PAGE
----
PNC Park Charges Bargain-Basement Fees for Public Proposals

Only $38.50 to display your special message on the Jumbotron? This is too good to be true.

Graphic via Swimmingly


In addition to boasting some of the MLB's cheapest tickets, the Pittsburgh Pirates also rank low on another list: public-proposal rates. While some ball parks can charge brazen suitors as much as $2,500 to display the message on the Jumbotron — while adding other special touches — the good folks at PNC Park keep it simple, charging a whopping $38.50 to show the proposal.

That's so Pittsburgh: Spend innumerable dollars on dinner, a horse-drawn carriage ride and candle display — or get down on a bended knee inside a packed ball park?

We predict a surge in public proposals. It's only Opening Day, so give it some time; romance doesn't happen overnight.

Get the full list at Swimmingly.


#Props: Where are all the 'young adults'? Pittsburgh, says Business Insider

It doesn't matter if they've lived here their whole life, come to attend school or pursue a career opportunity. Pittsburgh's "young-adult population" is thriving. But we didn't need to tell you that — the evidence is in the developments coming out of the booming tech, medical, education and restaurant scenes, to name but a few.

The latest person to take notice: Pete Saunders of Business Insider, who notes that we're the top metropolis growing the "critical demo." We're OK with the recognition – but to be fair, we'll acknowledge Saunders' "caveats [that] apply here":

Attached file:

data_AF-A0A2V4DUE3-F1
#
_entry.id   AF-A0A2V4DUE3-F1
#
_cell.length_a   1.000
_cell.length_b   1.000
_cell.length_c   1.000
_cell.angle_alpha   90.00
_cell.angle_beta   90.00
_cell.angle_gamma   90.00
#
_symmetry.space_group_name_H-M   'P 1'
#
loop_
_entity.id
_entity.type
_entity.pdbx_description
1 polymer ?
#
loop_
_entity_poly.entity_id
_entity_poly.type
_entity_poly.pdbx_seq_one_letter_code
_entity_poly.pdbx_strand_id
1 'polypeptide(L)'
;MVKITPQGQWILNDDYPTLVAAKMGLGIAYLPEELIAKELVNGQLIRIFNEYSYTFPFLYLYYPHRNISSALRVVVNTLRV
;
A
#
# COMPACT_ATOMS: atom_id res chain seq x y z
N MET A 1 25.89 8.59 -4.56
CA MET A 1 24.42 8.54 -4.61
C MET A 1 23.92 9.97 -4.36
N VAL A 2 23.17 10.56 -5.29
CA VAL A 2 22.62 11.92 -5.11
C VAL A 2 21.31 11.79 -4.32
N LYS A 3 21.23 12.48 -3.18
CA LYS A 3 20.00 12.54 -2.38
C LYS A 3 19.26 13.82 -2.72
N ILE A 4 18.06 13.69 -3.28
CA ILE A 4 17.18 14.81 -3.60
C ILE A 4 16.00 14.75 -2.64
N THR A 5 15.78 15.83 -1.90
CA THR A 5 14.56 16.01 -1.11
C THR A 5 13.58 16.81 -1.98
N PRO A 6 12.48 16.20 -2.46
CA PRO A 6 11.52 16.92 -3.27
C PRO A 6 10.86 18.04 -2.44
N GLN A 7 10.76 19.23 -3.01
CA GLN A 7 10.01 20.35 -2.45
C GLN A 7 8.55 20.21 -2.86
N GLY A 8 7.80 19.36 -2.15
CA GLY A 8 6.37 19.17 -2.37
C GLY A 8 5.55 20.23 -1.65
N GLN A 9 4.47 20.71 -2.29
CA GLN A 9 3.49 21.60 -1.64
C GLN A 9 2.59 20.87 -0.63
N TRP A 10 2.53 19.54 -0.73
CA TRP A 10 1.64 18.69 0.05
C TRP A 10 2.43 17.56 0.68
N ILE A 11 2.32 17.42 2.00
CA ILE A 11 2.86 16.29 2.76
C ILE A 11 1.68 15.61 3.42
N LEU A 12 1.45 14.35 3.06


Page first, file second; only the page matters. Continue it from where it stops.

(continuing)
"This looks at net growth, first of all, and does not delve into the subtleties of migration.  This doesn't take into account differences in birthrates between metros.  Not all metros are growing college-educated young adults equally, even if they grow more young adults absolutely.  Also, if I had more time I'd establish a ratio for metro areas separate from the national rate, and the results might look a little different."


#TeaTime: Act fancy, help a good cause at annual Sojourner House event

For all Yinz anglophiles who yearn for an excuse to get your Jane Austen on, here’s one: The Sojourner House will hold its 10th annual Victorian Tea April 6 at the Grand Hall at the Priory. This tea party isn’t all about cuppas and crumpets — it’s also a chance for the East Liberty-based rehabilitation center to teach the public about its work helping substance-addicted women and their children. The event will feature a raffle, silent auction and inspiring stories of some of the Sojourner House recovery-services beneficiaries.

—Gideon Bradshaw

Categories: The 412